Python has several built-in types.

If you create the name variable assigning it the value “Roger”, automatically this variable is now representing a String data type.

name = "Roger"

You can check which type a variable is using the type() function, passing the variable as an argument, and then comparing the result to str:

name = "Roger"
type(name) == str #True

Or using isinstance():

name = "Roger"
isinstance(name, str) #True

Notice that to see the True value in Python, outside of a REPL, you need to wrap this code inside print(), but for clarity reasons I avoid using it

We used the str class here, but the same works for other data types.

First, we have numbers. Integer numbers are represented using the int class. Floating point numbers (fractions) are of type float:

age = 1
type(age) == int #True
fraction = 0.1
type(fraction) == float #True

You saw how to create a type from a value literal, like this:

name = "Flavio"
age = 20

Python automatically detects the type from the value type.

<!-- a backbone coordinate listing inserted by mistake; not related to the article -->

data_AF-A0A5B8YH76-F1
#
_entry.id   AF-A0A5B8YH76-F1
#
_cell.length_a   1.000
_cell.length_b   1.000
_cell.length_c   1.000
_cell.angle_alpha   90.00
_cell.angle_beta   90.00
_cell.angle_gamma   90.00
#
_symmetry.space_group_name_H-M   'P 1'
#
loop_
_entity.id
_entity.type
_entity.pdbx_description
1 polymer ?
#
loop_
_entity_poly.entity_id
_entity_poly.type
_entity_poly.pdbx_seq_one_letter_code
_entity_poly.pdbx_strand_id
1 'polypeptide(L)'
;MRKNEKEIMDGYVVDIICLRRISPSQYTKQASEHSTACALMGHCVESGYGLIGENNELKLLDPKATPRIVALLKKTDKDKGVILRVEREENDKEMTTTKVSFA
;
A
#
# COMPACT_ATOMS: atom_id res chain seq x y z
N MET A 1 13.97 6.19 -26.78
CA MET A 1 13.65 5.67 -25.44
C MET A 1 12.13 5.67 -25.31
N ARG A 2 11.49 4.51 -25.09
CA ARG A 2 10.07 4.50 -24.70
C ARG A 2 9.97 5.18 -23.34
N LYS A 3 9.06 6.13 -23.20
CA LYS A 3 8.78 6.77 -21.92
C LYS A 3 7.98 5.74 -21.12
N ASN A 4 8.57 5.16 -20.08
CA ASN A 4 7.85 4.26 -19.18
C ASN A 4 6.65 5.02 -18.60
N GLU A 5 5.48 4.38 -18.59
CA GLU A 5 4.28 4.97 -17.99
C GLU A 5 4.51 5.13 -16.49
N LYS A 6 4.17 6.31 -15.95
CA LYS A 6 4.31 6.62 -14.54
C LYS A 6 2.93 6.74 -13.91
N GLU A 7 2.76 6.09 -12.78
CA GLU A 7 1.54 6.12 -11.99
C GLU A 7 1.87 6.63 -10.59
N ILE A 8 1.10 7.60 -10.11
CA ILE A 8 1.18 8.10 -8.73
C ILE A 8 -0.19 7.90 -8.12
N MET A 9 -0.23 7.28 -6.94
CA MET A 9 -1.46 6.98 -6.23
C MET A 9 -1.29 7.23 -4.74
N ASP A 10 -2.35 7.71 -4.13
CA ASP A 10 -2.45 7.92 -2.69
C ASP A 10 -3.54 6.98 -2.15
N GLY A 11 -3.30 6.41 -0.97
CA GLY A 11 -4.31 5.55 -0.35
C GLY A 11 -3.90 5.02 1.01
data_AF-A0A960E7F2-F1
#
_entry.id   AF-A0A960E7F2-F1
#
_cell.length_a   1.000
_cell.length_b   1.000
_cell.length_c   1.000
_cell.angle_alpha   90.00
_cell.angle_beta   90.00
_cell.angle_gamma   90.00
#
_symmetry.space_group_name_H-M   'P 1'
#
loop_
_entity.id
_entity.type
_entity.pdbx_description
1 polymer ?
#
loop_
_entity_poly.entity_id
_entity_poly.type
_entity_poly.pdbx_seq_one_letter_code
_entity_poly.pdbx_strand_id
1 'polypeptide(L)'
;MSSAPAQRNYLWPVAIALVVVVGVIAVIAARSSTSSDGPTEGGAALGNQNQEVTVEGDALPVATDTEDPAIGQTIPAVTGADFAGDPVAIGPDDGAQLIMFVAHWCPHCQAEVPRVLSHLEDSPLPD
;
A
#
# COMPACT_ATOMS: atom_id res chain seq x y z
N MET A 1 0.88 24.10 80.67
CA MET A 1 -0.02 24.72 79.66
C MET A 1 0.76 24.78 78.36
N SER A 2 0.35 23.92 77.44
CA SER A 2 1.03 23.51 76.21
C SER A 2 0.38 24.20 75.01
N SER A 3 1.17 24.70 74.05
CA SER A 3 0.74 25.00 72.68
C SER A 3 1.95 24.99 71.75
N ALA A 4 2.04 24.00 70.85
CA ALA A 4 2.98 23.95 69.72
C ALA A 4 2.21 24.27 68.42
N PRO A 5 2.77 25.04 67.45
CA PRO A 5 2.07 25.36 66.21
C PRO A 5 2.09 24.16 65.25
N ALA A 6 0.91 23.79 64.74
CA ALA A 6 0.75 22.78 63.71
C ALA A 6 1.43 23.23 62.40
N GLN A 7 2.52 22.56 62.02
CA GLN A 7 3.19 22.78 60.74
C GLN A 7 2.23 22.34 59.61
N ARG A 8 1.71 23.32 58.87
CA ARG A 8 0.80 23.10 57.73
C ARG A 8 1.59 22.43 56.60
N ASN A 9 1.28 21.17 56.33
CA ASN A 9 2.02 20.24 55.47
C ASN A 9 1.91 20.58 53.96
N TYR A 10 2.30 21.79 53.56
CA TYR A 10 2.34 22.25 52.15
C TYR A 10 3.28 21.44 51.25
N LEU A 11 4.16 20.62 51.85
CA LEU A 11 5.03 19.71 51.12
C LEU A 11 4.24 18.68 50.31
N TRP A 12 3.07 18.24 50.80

You can also create a variable of a specific type by using the class constructor, passing a value literal or a variable name:

name = str("Flavio")
anotherName = str(name)

You can also convert from one type to another by using the class constructor. Python will try to determine the correct value, for example extracting a number from a string:

age = int("20")
print(age) #20

fraction = 0.1
intFraction = int(fraction)
print(intFraction) #0

This is called casting. Of course this conversion might not always work depending on the value passed. If you write test instead of 20 in the above string, you’ll get a ValueError: invalid literal for int() with base 10: 'test' error.

Those are just the basics of types. We have a lot more types in Python:

  • complex for complex numbers
  • bool for booleans
  • list for lists
  • tuple for tuples
  • range for ranges
  • dict for dictionaries
  • set for sets

and more!

We’ll explore them all soon.

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